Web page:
“What’s that they’re dragging from the river?” — “A body” — “Oh”.
Relentless. That’s the only word I can use to describe my experience in Cairo. Being my third time in Egypt I thought I was well prepared for the hassle you receive as a tourist but I was wrong. It’s always been one of the worst but given the dramatic downturn in tourism since the Arab Spring and the revolution in 2011 it’s even worse. The Egyptian pound is worth a fraction of what it was and they're determined to feed their families. Unfortunately through me it would appear.
The body was being dragged from the Nile. I was walking to the other side of the river and could see a crowd forming on the bridge. A local intercepted me and told me not to cross the bridge as it was dangerous, that there were demonstrations and I wasn't safe. I’m not sure why but I didn’t believe him, it was a little further into our conversation that he happened to mention his family had a shop down the other road which I would conveniently pass on my safe detour. It was this level of desperation from the locals that got to me. I don't mind the regular scams where everything is out in the open, where they almost introduce themselves — hello, my name is Ahmed and I will be attempting to befriend you with the sole ambition of extracting some money from you. I respond with hello, my name is Rob and I will be alternating between polite discomfort, forceful declination, unnecessarily good manners, and occasional curiosity until I eventually walk away ignoring you.
I’d like to tell you how I met a handful of genuine people and perhaps I did but I didn’t hang around long enough to find out if they had an angle. There was a taxi driver with a Russian ex-wife who lived in Siberia with photos to prove it. He offered to meet me later and show me the real Cairo but it was too late for me then — I was broken. My curiosity was gone and my only desire was to survive.
The pyramids are an impressive sight and almost unbelievable achievement. I originally stayed in Giza where all nine pyramids could be seen from the roof of my hotel. One evening I went to the Sound and Light Show, my expectations were low — it sounded pretty tacky. I walked away with big smile on my face. I mean, it was tacky — but in a good way. It made me think of The Spy Who Loved Me. Or rather it made me think of 1982 when I was an 8 year old boy sat on a velour sofa, picking my nose, watching TV and learning social etiquette from Roger Moore. It really did take me back — it's not changed at all since then.
Visiting the pyramids themselves was the tourist experience you would imagine, I had a driver for the day and we'd been to the other pyramids around the city. On the way to the main attraction back at Giza he mentioned we could go to a government facility where I could see a map of the site and decide if I wanted a camel or horse ride. I made it very clear I didn't want a camel or a horse ride — I wanted to walk around the pyramids. The next thing I know he's saying something about parking and leading me to the horse and camel rental place. I was just so tired of being on guard all the time and disappointed in being flat out ignored. You may think I should have walked away or complained or shouted or something but I was too tired, they'd won through atrophy. So, I took my trusty steed and held on for dear life as we galloped around the site in record speed.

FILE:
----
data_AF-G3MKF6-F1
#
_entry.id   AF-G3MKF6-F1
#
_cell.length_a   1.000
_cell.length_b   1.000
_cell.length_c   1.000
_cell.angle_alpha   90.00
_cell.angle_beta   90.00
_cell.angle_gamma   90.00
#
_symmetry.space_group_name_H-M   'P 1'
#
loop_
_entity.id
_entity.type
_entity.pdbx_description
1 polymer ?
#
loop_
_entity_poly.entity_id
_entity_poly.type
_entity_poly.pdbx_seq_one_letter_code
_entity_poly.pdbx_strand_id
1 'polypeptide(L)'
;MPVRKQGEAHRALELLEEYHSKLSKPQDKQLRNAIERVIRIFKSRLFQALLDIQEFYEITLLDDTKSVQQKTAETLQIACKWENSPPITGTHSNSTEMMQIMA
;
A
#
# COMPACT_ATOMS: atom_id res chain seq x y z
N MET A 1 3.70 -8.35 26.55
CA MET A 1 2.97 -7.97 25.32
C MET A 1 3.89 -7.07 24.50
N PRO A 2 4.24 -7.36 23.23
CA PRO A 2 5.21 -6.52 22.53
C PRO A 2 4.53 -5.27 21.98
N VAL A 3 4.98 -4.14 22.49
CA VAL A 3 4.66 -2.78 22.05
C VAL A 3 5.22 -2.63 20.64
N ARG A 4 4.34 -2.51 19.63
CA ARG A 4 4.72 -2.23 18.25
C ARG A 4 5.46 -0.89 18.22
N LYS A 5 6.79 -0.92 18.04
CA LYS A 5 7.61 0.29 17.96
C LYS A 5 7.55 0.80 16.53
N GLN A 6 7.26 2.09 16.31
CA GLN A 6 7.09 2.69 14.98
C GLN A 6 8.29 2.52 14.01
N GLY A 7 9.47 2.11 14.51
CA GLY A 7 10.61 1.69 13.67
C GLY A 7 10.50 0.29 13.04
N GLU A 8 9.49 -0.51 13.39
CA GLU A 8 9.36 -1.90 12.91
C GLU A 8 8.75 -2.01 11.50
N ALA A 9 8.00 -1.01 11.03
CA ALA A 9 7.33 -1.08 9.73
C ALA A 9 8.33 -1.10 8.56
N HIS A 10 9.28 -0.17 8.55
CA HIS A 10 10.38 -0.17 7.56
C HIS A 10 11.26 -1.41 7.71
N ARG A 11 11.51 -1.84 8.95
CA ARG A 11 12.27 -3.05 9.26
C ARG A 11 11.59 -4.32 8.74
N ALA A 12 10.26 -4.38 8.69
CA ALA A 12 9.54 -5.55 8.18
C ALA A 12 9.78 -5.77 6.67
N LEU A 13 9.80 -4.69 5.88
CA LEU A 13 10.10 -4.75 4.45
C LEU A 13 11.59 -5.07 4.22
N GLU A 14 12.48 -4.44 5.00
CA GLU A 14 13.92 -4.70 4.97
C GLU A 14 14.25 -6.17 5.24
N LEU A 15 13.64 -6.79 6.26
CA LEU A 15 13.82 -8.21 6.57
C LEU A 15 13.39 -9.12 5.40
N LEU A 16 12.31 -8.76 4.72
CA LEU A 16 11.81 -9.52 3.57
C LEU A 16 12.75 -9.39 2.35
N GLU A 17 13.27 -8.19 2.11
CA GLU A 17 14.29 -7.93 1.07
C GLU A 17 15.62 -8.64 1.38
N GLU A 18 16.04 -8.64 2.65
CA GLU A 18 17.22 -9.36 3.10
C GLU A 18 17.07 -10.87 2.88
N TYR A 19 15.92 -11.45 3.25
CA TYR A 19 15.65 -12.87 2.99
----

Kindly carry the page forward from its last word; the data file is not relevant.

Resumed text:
My driver told me to tell the Police I was Scottish as apparently any English (or US) tourists had to have a police escort and neither of us wanted the hassle. I tried explaining to him that surely that would be for any British or UK citizens so my temporary Scottish accent would be futile but I don't think he got my point.
Most evenings I'd find somewhere with a roof terrace to watch the sun set. Sitting high on the rooftops, overlooking the dusty city, there's something beautiful and calming about the call to prayer. Except at 5am. That's not calming at all.
The Museum of Egyptian Antiquities is crammed with, well antiquities of course but there are just so many, almost stacked on top of each other. For a few extra pounds you can go and see a humidified room full of really old famous dead people. "Are you famous?" my museum guide asked me. I'd just been swamped by a group of teenagers wanting selfies with me. I've never wanted to be famous and I could see how it wears thin very quickly, I don't envy anyone famous. The boys were quite comfortable coming up to me directly although were clearly nervous. The girls seemed to come up giggling in pairs, finally asking me what my name was or just saying hello like it was taboo. I seemed to collide with a number of school trips in one day so it was pretty relentless.
I ended up wandering around the Police Museum at the same time as a group of schoolgirls. I'd stopped to look at a model of some British soldiers attacking a police station — the accompanying description was not painting us in a good light. One of the girls was pointing at the diorama and shouting something to me in Arabic. I don’t know what it was but it wasn't good. Being British there’s a common theme when we visit a country — basically we’ve been there and committed some atrocities. Fun fact, the British have undertaken military action in nearly 90% of countries. There are actually only 22 we haven’t invaded. That’s a lot, especially for such a small island, perhaps we have small man syndrome. As much as I think we should keep our hands to ourselves, it almost feels a shame not to just try those last 22 to give us full coverage…